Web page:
Thats a long way to set up the imperative that we do something about mis-information in this country. The anti-intellectuals were normally constrained to having to jail or kill their rivals but have perfected using social media as a recruitment tool and beat intellectuals at their own game. They own the high ground at this point in time with a distinct advantage. We can’t sip chai tea and debate this away–it requires confrontation (something intellectuals struggle with) and action.

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  51. CSK says:

    @Teve:
    That makes me happy. 🙂

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  52. CSK says:

    @Jim Brown 32:
    You’re absolutely right. I can only add that there’s always been a strain of anti-intellectualism in American life. It’s been a particularly aggressive strain ever since Pat Buchanan and his “peasants with pitchforks” speech, which led to Sarah Palin, which led to Trump.

    Rush Limbaugh used to pronounce the word “intellectual” as if it were a synonym for “child molester.”

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  53. Jen says:

    @CSK: Just intermittent light rain here, with some heavier showers. Nothing too notable as far as wind goes either. It looks like most of the heavier stuff will stay to the western part of southern NH.

    We have friends in CT and RI, waiting to hear from them but my guess is that there will be power outages at very least.

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  54. Mu Yixiao says:

    @MarkedMan:

    I’m not sure where you are coming from here. The conservative policy of banning gay marriage really happened and affected the whole country. Republicans literally ran on their success in banning gay marriage.

    And yet… Gay marriage is supported by a majority of the public, and has been codified as law by SCOTUS.

    Democrat, Independent (et. al.), Republican are party affiliations.

    Liberal, Moderate, Conservative are approaches to life.

    Stop conflating them.

    Opposition to gay marriage isn’t “conservative”. it’s Evangelical Christian by force, Christian by inertia, and Republican because they think it will win them votes. All three of those factions have lost the war.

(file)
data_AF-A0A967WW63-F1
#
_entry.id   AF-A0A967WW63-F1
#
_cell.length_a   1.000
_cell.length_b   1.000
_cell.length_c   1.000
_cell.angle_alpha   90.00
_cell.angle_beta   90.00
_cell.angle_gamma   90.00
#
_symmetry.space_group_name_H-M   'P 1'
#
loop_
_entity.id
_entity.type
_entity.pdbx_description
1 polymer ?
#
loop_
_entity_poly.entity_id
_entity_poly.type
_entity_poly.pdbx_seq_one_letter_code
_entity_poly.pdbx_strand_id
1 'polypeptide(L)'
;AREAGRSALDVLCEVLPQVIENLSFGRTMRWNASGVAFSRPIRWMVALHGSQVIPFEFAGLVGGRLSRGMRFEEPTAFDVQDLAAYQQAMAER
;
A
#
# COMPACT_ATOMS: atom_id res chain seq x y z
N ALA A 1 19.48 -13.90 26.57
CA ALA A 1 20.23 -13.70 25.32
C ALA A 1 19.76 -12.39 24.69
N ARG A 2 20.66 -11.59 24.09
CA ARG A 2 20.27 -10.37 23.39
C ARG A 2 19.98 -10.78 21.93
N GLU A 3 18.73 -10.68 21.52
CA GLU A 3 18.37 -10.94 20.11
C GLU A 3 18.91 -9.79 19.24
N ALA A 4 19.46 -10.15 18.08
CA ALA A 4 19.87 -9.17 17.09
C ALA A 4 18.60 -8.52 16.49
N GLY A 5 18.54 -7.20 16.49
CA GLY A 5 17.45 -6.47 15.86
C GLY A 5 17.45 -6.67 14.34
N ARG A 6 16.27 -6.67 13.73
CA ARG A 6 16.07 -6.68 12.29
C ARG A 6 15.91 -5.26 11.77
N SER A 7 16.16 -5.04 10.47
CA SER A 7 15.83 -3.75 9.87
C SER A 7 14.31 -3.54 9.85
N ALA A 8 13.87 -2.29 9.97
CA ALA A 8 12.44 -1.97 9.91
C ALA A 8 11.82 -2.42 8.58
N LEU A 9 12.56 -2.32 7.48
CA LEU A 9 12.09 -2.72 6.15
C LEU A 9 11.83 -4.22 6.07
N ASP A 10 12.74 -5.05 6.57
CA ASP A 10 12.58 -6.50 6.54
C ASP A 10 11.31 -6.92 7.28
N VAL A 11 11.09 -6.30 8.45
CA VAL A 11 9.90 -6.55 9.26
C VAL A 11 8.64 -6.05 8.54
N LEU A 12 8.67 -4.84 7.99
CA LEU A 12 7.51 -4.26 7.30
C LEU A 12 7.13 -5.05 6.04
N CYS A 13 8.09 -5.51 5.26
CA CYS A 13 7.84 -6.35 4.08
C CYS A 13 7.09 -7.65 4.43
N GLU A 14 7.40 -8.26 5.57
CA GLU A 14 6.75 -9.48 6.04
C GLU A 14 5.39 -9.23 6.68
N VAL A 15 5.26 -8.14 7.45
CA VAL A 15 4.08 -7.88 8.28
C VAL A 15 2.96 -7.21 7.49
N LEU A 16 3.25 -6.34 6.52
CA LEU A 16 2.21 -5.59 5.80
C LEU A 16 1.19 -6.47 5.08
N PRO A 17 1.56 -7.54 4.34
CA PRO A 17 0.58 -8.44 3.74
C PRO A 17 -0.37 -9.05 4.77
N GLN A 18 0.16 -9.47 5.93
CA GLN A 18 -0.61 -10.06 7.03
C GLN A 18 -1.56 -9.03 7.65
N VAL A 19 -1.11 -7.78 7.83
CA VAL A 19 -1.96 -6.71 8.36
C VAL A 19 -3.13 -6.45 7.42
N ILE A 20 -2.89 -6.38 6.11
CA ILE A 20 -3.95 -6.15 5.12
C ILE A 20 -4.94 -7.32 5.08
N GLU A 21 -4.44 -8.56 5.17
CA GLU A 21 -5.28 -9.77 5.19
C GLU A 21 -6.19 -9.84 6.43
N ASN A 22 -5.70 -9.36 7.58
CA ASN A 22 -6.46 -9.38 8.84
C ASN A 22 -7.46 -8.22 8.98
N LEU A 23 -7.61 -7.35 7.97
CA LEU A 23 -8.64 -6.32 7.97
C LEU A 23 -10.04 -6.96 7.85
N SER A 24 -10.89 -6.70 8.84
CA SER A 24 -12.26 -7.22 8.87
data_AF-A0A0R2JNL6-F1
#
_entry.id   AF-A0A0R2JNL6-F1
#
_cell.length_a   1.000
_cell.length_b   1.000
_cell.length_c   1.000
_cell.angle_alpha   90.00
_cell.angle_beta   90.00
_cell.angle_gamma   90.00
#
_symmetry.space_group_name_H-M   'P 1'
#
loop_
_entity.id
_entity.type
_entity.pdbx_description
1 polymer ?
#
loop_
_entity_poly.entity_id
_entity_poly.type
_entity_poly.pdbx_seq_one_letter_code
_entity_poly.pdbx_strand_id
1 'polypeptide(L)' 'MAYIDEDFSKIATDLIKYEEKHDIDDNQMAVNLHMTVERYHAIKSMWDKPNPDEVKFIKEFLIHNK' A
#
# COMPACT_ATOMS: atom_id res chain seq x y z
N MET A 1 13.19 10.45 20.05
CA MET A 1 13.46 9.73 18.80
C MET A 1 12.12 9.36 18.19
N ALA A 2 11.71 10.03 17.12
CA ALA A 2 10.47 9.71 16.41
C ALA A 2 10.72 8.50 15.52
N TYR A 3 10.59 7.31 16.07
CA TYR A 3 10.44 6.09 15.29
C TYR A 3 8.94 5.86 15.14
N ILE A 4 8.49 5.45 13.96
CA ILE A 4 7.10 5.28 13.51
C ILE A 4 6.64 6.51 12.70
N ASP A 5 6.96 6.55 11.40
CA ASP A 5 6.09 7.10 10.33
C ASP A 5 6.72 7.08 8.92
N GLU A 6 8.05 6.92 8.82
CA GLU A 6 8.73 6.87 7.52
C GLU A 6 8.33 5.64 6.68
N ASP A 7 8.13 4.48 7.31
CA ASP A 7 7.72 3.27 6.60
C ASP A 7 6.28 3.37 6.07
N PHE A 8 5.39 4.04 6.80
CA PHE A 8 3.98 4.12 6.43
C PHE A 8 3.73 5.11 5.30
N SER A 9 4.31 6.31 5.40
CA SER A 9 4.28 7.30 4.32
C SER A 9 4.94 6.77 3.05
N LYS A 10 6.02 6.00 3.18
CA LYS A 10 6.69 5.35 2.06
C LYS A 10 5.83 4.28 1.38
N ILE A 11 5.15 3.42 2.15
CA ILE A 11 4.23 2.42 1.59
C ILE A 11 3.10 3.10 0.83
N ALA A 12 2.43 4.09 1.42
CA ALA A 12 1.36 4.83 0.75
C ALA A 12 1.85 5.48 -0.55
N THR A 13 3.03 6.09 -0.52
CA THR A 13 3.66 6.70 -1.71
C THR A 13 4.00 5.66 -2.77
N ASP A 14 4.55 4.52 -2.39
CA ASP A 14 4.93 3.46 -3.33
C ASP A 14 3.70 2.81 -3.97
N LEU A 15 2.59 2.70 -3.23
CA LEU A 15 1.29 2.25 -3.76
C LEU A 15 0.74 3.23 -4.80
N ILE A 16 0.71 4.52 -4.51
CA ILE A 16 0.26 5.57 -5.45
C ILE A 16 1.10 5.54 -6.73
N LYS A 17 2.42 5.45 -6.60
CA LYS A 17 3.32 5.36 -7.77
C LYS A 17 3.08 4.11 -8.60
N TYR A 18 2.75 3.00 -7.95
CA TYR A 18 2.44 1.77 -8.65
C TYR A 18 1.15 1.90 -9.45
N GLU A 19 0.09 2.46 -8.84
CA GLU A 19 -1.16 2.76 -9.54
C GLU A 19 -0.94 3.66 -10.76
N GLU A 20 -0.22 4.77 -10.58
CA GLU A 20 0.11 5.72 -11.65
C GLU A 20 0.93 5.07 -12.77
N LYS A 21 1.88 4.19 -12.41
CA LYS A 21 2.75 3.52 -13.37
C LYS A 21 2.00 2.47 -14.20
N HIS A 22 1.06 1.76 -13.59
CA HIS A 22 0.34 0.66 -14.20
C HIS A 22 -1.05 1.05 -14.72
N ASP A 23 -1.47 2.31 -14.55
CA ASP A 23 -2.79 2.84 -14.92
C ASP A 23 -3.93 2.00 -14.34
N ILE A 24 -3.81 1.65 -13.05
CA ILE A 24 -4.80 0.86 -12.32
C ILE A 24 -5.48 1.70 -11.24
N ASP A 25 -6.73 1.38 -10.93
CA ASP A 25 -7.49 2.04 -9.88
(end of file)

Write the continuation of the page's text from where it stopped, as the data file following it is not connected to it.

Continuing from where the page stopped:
Not to mention the fact that there are openly gay conservatives, gay Christians, and gay Republicans. Who knows how many there are that are still in the closet.

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  55. CSK says:

    @Jen:
    Some reporter (for CNN, I think) observed that “New England isn’t used to powerful storms like Henri,” and I laughed out loud. In the time I’ve lived here we’ve had more blizzards than I can count, floods, and killer tornadoes. Not to speak of some truly operatic thunderstorms.

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  56. Mu Yixiao says:

    Breakfast: Shakshuka

    Tomato
    Onion
    (Red) pepper (I used bell and ancho from the garden)
    Garlic
    Parsley
    Paprika
    Cumin
    Chili powder
    (I added Fenugreek seed this time–definitely recommend)
    Parsley
    Eggs.

    Chop everything up (except the eggs), put it in a sauce pan and simmer until thick. Scoop holes in the sauce, crack an egg in it. 6 eggs is typical.

    Cover and let the eggs poach.

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  57. Jen says:

    @CSK: That’s hysterical. Good grief. The 2008 ice storm was pretty bad, and the Mother’s Day flooding in 2006 was awful. Irene made a mess of much of Vermont.

    Every time I roll my eyes at people on TV, my husband reminds me that these people have to keep talking…they’re bound to say something bonkers every once in a while.

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  58. Teve says:

    @Mu Yixiao: i make a very thick stew with those same ingredients minus the eggs and plus pork and lentils and fish sauce and soy sauce.

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  59. Michael Reynolds says:

    @Jim Brown 32: